I was fortunate to get this book as an audio gift from my wonderful sister-in-law Maureen.
The title is taken from a speech given by Teddy Roosevelt from 1910:
“It is not the critic who counts; not the man who points out how the strong man stumbles, or where the doer of deeds could have done them better. The credit belongs to the man who is actually in the arena, whose face is marred by dust and sweat and blood; who strives valiantly; who errs, who comes short again and again, because there is no effort without error and shortcoming; but who does actually strive to do the deeds; who knows great enthusiasms, the great devotions; who spends himself in a worthy cause; who at the best knows in the end the triumph of high achievement, and who at the worst, if he fails, at least fails while daring greatly.”
I was afraid that while I really enjoyed Brown’s TED Talk, a whole book dealing with the same issues would be repetitive and become something that sounds good theoretically, but not really applicable to real life.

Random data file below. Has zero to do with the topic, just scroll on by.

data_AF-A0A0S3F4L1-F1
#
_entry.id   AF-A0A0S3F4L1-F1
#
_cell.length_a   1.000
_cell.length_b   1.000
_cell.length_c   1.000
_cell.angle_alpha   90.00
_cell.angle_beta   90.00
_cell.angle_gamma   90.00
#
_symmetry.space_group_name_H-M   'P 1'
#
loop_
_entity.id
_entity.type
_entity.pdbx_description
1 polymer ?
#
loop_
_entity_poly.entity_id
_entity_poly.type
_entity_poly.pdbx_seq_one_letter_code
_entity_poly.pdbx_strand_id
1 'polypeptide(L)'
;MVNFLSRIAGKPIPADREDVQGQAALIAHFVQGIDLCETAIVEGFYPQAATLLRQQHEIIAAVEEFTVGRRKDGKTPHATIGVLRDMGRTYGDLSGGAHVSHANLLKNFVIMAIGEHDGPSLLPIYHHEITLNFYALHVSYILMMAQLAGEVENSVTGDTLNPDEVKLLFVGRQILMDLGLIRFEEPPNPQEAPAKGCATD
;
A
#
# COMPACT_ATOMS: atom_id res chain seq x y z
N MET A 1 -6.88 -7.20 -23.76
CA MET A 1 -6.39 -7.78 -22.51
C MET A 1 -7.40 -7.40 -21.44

Not at all. It gets better the more you get into it.
I’m so glad it’s in audiobook format! it’s almost as if Brown is talking to me (the reader is great!) personally, and its very affirming to hear these messages and think about these things while making the evening salad every day!
I now consider my photo-storytelling project a form of Daring Greatly. I’m not posting photos because I think I’m the world’s best photographer. Hardly! I’m posting them to share a story of how one can find wonder, beauty and oddity every day in the small city in which I have been living for so many years. If I had waited till I get the art of photography down pat, the project would never have taken off and I wouldn’t even be seeing the things I now notice.